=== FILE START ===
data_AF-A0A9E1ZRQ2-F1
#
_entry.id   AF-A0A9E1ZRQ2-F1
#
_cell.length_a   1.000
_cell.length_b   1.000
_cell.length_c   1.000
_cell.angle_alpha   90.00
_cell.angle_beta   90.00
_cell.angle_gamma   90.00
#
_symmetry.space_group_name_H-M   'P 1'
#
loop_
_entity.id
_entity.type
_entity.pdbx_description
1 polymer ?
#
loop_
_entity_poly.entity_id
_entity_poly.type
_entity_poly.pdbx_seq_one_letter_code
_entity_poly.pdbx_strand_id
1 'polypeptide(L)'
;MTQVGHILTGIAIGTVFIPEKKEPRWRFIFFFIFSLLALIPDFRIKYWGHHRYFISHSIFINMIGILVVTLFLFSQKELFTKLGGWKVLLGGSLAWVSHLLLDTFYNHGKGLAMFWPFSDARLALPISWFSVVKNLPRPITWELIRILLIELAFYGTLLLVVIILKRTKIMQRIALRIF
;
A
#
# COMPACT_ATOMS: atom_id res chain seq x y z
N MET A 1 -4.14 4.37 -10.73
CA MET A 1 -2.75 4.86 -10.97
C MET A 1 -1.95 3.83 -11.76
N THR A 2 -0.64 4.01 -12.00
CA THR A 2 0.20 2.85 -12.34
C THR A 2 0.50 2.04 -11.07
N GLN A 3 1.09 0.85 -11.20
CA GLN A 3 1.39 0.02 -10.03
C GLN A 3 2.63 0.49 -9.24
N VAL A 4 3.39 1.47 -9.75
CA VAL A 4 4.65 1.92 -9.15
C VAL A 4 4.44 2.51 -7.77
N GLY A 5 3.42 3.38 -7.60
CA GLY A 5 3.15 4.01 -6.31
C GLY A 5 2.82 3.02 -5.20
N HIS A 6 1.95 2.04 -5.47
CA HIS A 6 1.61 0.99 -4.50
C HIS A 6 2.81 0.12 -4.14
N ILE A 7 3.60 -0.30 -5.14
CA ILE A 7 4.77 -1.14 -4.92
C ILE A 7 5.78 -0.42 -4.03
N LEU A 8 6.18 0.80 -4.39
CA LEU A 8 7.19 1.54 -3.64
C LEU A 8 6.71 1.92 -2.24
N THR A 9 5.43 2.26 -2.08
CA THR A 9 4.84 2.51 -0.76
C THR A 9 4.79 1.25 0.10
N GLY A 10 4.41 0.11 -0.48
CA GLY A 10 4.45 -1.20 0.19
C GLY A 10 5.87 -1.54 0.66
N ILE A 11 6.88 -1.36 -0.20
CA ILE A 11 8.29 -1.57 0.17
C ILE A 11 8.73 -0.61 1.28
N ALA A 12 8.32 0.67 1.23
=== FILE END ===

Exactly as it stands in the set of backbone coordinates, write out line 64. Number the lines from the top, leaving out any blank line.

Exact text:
N ALA A 12 8.32 0.67 1.23